The Ignacio Community Library is encouraging Ignacio residents to share their history as part of a project to help showcase and preserve what makes this area special. This edition of the Local News Network is brought to you by Tafoya Barrett and Associates and Kroegers Ace Hardware. I’m Connor Shreve. The goal of Voices of Ignacio is to create a catalog of short stories from residents of and around the town of Ignacio.
We’re hoping that it will create a mosaic that’s going to help us see what the whole community is and was, stories about people, about families, about institutions, events, anything like that that will help everybody who is interested. We’ll put these on the website and help them know what Ignacio is about, what it was, how it developed.
Library volunteer, Judy Bundy, wants to curate an oral history of Ignacio and the surrounding area. She welcomes anyone who wants to share a familial, historical, or regionally relevant tidbit to put it on record through an audio recording. She says Ignacio’s status as a true, tri ethnic community is unique, and she hopes archiving stories can celebrate the area’s sense of community or communality.
I grew up here and I left for about 50 years and came back, but as far as I know, there’s never been any tension I think. As I recall from what my siblings said, the biggest tension in the town earlier on was between the hippies and the kickers, you know, and so I don’t think there’s ever been any kind of tension among the races, but you know, it helps if everybody understands what everybody else is about.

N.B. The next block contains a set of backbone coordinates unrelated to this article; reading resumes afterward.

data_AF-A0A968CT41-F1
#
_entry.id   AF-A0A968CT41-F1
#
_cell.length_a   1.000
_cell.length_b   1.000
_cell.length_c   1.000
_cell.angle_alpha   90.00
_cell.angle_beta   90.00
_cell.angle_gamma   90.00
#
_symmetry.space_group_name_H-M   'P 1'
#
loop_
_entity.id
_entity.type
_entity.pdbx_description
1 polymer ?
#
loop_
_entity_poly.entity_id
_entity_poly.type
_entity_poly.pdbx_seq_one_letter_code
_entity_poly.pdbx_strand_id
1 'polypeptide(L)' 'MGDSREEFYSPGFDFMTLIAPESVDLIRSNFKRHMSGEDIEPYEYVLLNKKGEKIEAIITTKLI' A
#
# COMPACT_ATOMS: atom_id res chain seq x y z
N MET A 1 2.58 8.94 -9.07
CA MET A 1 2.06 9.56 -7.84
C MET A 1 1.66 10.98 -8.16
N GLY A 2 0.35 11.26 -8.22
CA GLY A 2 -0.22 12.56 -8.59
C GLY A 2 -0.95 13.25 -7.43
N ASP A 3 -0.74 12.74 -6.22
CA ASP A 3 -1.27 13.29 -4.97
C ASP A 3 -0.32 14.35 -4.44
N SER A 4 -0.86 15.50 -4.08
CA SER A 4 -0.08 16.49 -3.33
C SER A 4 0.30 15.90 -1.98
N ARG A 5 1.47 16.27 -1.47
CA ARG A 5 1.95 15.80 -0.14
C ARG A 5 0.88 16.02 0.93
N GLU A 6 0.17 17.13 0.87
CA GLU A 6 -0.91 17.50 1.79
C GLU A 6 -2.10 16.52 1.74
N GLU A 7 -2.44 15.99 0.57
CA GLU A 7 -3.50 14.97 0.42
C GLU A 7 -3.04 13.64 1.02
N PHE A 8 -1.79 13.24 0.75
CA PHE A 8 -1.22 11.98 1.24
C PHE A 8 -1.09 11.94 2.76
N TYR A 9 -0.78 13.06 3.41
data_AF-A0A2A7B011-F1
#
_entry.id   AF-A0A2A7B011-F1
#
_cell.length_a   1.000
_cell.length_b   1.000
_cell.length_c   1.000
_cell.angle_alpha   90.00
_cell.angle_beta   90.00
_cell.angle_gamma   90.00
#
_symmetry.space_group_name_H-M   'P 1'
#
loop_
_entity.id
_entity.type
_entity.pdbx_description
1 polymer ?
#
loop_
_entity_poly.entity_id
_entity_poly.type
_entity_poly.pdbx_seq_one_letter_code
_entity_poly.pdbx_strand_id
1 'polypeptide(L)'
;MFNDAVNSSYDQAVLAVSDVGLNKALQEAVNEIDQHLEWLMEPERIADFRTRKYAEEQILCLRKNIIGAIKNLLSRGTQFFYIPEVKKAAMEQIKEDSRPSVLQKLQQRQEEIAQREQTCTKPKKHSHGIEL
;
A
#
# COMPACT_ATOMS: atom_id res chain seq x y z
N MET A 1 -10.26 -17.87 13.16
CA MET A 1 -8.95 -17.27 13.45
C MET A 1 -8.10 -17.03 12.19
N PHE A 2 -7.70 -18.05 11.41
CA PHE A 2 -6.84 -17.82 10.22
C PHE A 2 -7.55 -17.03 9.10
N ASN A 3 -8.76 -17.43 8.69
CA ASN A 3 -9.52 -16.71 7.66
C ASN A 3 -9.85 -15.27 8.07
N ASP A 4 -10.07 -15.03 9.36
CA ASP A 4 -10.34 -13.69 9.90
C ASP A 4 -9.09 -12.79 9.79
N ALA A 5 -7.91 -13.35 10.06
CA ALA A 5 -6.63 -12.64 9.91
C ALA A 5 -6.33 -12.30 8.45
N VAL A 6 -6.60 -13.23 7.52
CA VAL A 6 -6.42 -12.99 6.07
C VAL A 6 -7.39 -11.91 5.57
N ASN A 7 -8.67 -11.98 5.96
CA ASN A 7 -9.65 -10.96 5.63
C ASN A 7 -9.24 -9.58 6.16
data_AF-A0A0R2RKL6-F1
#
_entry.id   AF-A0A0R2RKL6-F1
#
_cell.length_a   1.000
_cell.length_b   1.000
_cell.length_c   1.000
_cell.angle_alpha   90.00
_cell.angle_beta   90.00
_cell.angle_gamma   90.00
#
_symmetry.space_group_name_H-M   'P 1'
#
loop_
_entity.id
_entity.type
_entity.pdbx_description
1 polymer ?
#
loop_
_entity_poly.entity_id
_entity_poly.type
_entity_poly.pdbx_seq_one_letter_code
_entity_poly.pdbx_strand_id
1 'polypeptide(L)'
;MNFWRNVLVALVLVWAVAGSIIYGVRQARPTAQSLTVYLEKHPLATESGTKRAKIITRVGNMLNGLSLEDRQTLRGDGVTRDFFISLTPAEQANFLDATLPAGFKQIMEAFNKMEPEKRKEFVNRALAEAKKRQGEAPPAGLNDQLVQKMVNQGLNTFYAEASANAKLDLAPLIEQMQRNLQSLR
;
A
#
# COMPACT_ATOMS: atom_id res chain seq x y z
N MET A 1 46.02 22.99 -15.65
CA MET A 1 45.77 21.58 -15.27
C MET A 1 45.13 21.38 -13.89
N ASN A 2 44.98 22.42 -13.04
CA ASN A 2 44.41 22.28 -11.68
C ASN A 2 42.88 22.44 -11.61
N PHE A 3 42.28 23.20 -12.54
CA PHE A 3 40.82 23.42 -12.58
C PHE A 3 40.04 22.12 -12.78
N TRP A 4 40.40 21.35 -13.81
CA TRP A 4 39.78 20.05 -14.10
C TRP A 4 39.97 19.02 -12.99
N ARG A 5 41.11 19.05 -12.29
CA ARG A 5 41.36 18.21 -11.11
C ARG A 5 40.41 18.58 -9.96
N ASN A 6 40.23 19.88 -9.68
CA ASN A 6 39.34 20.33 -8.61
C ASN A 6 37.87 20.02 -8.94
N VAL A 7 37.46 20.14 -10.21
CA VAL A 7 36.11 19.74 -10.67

There is of course an element of discovery with the project because there’s no knowing what stories will present themselves, but Bundy is eager to hear them. She thinks Ignacio’s spirit of friendliness could be an underlying current of most of the stories she ends up uncovering.
I think most people who live here think of it as a community, they feel like they belong here. And my mother lived here all of her life, and she lived to be 97, and she always said it was the best place in the world to live. And I think a lot of people who live here think that.
Bundy feels like the stories will be more organic if she avoids actively contacting residents, and instead relies on getting word about the program out in the community. So for now, Voices of Ignacio is relying on residents coming forward on their own volition. If you have a story to share that could help add to or illuminate the history of Ignacio or the outlying area, reach out to the library to coordinate recording. Details on this and other stories are available at durangolocal.news. Thanks for watching this edition of The Local News Network. I’m Connor Shreve.